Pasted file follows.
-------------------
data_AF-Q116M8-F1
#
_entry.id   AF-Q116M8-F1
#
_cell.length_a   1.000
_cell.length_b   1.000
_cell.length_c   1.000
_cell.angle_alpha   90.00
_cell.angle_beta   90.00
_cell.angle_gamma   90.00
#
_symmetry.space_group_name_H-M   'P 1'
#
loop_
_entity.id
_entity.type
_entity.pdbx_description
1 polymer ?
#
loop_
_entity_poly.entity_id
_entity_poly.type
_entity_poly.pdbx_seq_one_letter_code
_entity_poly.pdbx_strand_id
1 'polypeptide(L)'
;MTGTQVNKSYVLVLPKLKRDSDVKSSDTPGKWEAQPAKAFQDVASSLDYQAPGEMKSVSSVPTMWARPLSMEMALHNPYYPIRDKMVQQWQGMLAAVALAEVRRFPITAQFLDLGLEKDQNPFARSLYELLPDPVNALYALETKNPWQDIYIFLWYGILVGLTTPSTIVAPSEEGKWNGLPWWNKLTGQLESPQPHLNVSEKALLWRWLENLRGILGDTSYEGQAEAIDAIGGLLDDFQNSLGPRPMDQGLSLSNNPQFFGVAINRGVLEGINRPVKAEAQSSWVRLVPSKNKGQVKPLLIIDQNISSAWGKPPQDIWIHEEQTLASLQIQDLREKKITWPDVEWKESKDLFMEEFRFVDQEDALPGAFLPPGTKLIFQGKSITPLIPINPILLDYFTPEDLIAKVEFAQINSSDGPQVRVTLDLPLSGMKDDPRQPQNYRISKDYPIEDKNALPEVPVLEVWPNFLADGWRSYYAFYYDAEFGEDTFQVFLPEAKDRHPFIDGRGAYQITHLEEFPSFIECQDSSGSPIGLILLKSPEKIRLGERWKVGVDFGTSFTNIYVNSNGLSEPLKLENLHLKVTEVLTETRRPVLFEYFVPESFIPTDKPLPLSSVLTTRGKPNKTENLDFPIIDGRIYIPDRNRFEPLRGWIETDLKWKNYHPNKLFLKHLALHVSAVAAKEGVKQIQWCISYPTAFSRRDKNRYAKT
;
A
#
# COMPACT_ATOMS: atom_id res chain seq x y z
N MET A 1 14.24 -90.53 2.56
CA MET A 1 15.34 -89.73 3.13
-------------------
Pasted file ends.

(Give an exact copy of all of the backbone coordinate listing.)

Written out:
data_AF-Q116M8-F1
#
_entry.id   AF-Q116M8-F1
#
_cell.length_a   1.000
_cell.length_b   1.000
_cell.length_c   1.000
_cell.angle_alpha   90.00
_cell.angle_beta   90.00
_cell.angle_gamma   90.00
#
_symmetry.space_group_name_H-M   'P 1'
#
loop_
_entity.id
_entity.type
_entity.pdbx_description
1 polymer ?
#
loop_
_entity_poly.entity_id
_entity_poly.type
_entity_poly.pdbx_seq_one_letter_code
_entity_poly.pdbx_strand_id
1 'polypeptide(L)'
;MTGTQVNKSYVLVLPKLKRDSDVKSSDTPGKWEAQPAKAFQDVASSLDYQAPGEMKSVSSVPTMWARPLSMEMALHNPYYPIRDKMVQQWQGMLAAVALAEVRRFPITAQFLDLGLEKDQNPFARSLYELLPDPVNALYALETKNPWQDIYIFLWYGILVGLTTPSTIVAPSEEGKWNGLPWWNKLTGQLESPQPHLNVSEKALLWRWLENLRGILGDTSYEGQAEAIDAIGGLLDDFQNSLGPRPMDQGLSLSNNPQFFGVAINRGVLEGINRPVKAEAQSSWVRLVPSKNKGQVKPLLIIDQNISSAWGKPPQDIWIHEEQTLASLQIQDLREKKITWPDVEWKESKDLFMEEFRFVDQEDALPGAFLPPGTKLIFQGKSITPLIPINPILLDYFTPEDLIAKVEFAQINSSDGPQVRVTLDLPLSGMKDDPRQPQNYRISKDYPIEDKNALPEVPVLEVWPNFLADGWRSYYAFYYDAEFGEDTFQVFLPEAKDRHPFIDGRGAYQITHLEEFPSFIECQDSSGSPIGLILLKSPEKIRLGERWKVGVDFGTSFTNIYVNSNGLSEPLKLENLHLKVTEVLTETRRPVLFEYFVPESFIPTDKPLPLSSVLTTRGKPNKTENLDFPIIDGRIYIPDRNRFEPLRGWIETDLKWKNYHPNKLFLKHLALHVSAVAAKEGVKQIQWCISYPTAFSRRDKNRYAKT
;
A
#
# COMPACT_ATOMS: atom_id res chain seq x y z
N MET A 1 14.24 -90.53 2.56
CA MET A 1 15.34 -89.73 3.13